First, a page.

However, size-controllable synthesis and targeting modifications of nanozymes are still challenging in the theranostic applications. Typically, the enzyme-like activity of nanozymes is size-dependent. The smaller size is, the larger specific surface area of nanozymes is, and the higher relative enzyme-like activity of nanozymes is [1]. Thus, size-controllable synthesis of nanozymes is important for stabilizing the theranostic effect of nanozymes. Moreover, when nanozymes are used for disease-targeted theranostics, nanozymes are typically chemically modified with targeting motifs, such as antibodies [7]. This chemical coupling procedure is practicable under the premise of that nanozymes possess amidogen, carboxyl or sulfhydryl on its surface. However, some nanozymes (such as Prussian blue) are not suitable for chemical group modification [8]. In addition, these chemical conjugates require complicated multi-step chemical reactions and expensive reagents [9]. Thus, targeting modifications of nanozymes need new strategies.

The emergence of ferritin nanozymes provides a promising strategy to solve these challenges. Ferritin, an iron storage protein nanocage, is a natural nanomaterial composed of organic and inorganic components, which possesses constant nanosized cavity and intrinsic enzyme-like activities for biomineralization. Therefore, ferritin can be used as nanozyme carrier or reactor for size-controllable synthesis of nanozymes. Moreover, ferritin nanocages possess both passive and active tumor targeting abilities, which have been widely used for tumor targeted theranostics [10, 11]. In recent works, we identified that ferritin can target tumor tissues by recognizing transferrin receptor 1 (TfR1) which is highly expressed in tumors [9, 12-15]. Taking the advantage of biomineralization process of ferritin, we synthesized different types of metallic oxide nanozymes in the cavity of ferritin with a confined size [12, 16, 17]. Thus, ferritin nanozyme can be used for tumor targeted theranostics. Through genetic or chemical approaches, we modified ferritin nanocages with targeting moieties to endow different targeting abilities of ferritin nanozymes [16]. Ferritin nanozymes possess the advantages of uniform size, modifiable targeting ability, good compatibility, thus ferritin nanozyme is a superior strategy for size-controllable synthesis and targeting modifications of nanozymes.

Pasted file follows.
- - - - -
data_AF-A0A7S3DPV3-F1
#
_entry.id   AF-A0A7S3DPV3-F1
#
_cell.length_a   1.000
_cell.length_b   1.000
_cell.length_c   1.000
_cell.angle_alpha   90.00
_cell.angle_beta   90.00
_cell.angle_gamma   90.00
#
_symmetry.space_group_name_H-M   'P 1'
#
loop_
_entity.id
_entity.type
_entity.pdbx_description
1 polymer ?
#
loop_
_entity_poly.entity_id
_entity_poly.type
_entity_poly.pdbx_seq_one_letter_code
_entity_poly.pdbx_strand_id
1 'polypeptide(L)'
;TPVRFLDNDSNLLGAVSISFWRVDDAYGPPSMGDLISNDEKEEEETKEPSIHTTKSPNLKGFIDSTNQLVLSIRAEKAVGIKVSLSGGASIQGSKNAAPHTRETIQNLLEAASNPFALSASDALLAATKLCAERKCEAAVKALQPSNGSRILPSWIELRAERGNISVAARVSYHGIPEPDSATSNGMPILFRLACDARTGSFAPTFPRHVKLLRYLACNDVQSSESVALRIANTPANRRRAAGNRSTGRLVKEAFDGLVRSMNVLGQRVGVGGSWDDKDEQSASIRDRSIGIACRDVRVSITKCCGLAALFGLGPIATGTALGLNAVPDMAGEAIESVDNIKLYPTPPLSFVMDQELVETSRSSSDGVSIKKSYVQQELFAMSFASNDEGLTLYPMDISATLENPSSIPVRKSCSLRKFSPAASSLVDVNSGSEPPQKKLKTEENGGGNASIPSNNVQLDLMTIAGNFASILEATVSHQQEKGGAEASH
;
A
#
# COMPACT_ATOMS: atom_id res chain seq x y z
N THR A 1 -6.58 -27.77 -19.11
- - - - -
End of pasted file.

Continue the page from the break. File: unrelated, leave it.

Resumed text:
Figure 1 

Number of published papers on nanozyme research included by the Web of Science by the end of August 2019. Until now, more than 49 elements have been employed to synthesize nanozyme.

Theranostics Image (Click on the image to enlarge.)

Here, in this review, we systematically introduced the concept and development of ferritin nanozyme, as well as the recent research progress of ferritin nanozyme. In detail, we summarized the natural enzyme-like activities of ferritin, ferritin as a nanoreactor to fabricate various nanozymes with a confined size and endow nanozymes with different targeting abilities, and the disease-targeted biomedical applications of ferritin nanozymes. Finally, the challenges and perspectives are discussed for future exploration in this filed. We expect to find the rules for the synthesis of different kinds of nanozymes inside the ferritin nanocage through learning the way of biomineralization process of ferritin. Moreover, we expect to design new kinds of ferritin nanozymes to better adapt the complicated biological microenvironment and intelligent response to specific stimulations.

2. Ferritins as natural nanozymes

2.1 The structure of ferritin

Ferritin is a spherical iron storage protein which is widely existed in organisms. In 1937, ferritin was first isolated from horse spleen [18], since then, ferritin has been found in humans, animals, plants, fungi and bacteria [19]. The amino acid sequence of ferritin from different species varies a lot, while the protein structure keeps consistent [20]. Naturally, 24 ferritin subunits self-assembled into a spherical protein cage, with inner and outer diameter of 8 and 12 nm, respectively (Figure 2). Ferritin protein cage encapsulates up to 4500 Fe3+ atoms into its cavity in the form of iron core. The iron core of ferritin consists of a ferric-oxyhydroxide-phosphate complex [21]. Typically, the phosphate contained in the complex is dissolved when it is isolated out of the protein cage by heat or denaturants treatment, and the remaining product is ferrihydrite, 5Fe2O3·9H2O [22]. After removing the mineral core located in the cavity, we can get the ferritin protein shell, called apoferritin.